Source Evaluation Series Week 3: What Do They Want from You?

business-19156_1280In last Monday’s post, we explored the American Lung Association’s background. In today’s post, we will examine if the organization wants anything from the visitors to their site. While most websites are relatively benign, it is essential to realize that some seemingly well-researched websites have an agenda. Upon further examination of the site, you may find that they are actually tools for spreading misinformation and propaganda, supporting a social agenda, or are skillfully constructed advertisements for products and/or services.
Despite their commitment to saving lives through the prevention of lung disorders and disease and providing education to the public, it is important to acknowledge that the ALA* website is also a fundraising tool. While this is clearly not the bulk of the website’s construction, it is present, so we must investigate further. The ALA has a Nonprofit Tax Code Designation: 501(c)(3). To earn this designation, the organization must serve one or more of the following purposes: “religious, educational, charitable, scientific, literary, testing for public safety, fostering national or international amateur sports competition (as long as it doesn’t provide athletic facilities or equipment), or the prevention of cruelty to children or animals” (ProPublica, Inc., 2015). The ALA falls under several of these categories, so it is easy to understand why they carry the designation. However, in order to complete their goals of preventing disease and death, they rely on public and private funding. Therefore, the website encourages visitors to donate to the American Lung Association Christmas Seals® Campaign” (American Lung Association, 2015b). While encouraging donations may seem concerning at the outset, one must realize that this is a common practice in non-profit agencies, as they are particularly vulnerable to the funding-whims of the public. If you are considering a donation to a non-profit, many are listed on the site ProPublica,* along with their history of 990 returns. They also offer a list of resources for investigating tax-exempt organizations.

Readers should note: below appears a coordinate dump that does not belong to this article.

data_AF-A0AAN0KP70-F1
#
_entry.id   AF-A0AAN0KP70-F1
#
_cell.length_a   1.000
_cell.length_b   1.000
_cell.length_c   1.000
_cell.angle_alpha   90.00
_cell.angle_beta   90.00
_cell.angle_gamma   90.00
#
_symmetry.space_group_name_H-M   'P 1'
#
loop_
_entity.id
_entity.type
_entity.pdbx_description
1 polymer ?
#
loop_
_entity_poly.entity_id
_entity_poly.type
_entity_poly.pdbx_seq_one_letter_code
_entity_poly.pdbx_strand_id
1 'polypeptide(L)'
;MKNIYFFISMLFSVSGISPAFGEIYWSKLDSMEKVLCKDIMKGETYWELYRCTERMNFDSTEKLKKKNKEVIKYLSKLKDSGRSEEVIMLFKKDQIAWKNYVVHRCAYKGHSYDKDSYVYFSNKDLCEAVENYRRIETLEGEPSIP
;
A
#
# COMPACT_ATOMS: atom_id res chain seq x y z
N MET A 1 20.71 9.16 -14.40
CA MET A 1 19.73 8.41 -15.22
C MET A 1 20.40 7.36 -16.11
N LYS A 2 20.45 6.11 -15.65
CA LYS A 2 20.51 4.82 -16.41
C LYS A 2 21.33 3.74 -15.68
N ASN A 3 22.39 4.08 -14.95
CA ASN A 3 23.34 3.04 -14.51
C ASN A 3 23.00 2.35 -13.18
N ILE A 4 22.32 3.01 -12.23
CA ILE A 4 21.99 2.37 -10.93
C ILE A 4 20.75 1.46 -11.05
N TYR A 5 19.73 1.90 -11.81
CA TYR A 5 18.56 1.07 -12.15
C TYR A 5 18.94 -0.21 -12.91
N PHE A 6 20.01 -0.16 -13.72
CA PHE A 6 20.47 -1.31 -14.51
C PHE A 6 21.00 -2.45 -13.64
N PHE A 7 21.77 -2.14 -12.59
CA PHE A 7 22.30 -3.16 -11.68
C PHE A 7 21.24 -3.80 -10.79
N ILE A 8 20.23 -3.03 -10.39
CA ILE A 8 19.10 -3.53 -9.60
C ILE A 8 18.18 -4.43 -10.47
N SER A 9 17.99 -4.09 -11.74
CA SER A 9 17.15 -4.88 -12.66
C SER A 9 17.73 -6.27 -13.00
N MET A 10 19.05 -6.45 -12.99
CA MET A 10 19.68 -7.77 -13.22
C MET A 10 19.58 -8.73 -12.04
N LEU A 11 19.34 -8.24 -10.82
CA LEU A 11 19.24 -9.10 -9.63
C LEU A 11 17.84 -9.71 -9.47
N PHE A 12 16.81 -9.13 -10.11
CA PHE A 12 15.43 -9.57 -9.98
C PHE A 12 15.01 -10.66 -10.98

To serve as a point of contrast, something like the Lifetime Movie Network website functions to inform you of their programming and convince you to watch. They also sell merchandise associated with the shows. We can safely say that their website is primarily interested in increasing revenue, something we would expect from this type of website.

*The Eclectic Data Hunter is not affiliated with the organization or website used in this post. All rights belong to their respective owners and authors. Usage does not convey endorsement. Use of the ALA, ProPublica, and Lifetime Movie Network sites is for educational purposes only.

If you have questions about the series or a particular website, please comment below or send your query to

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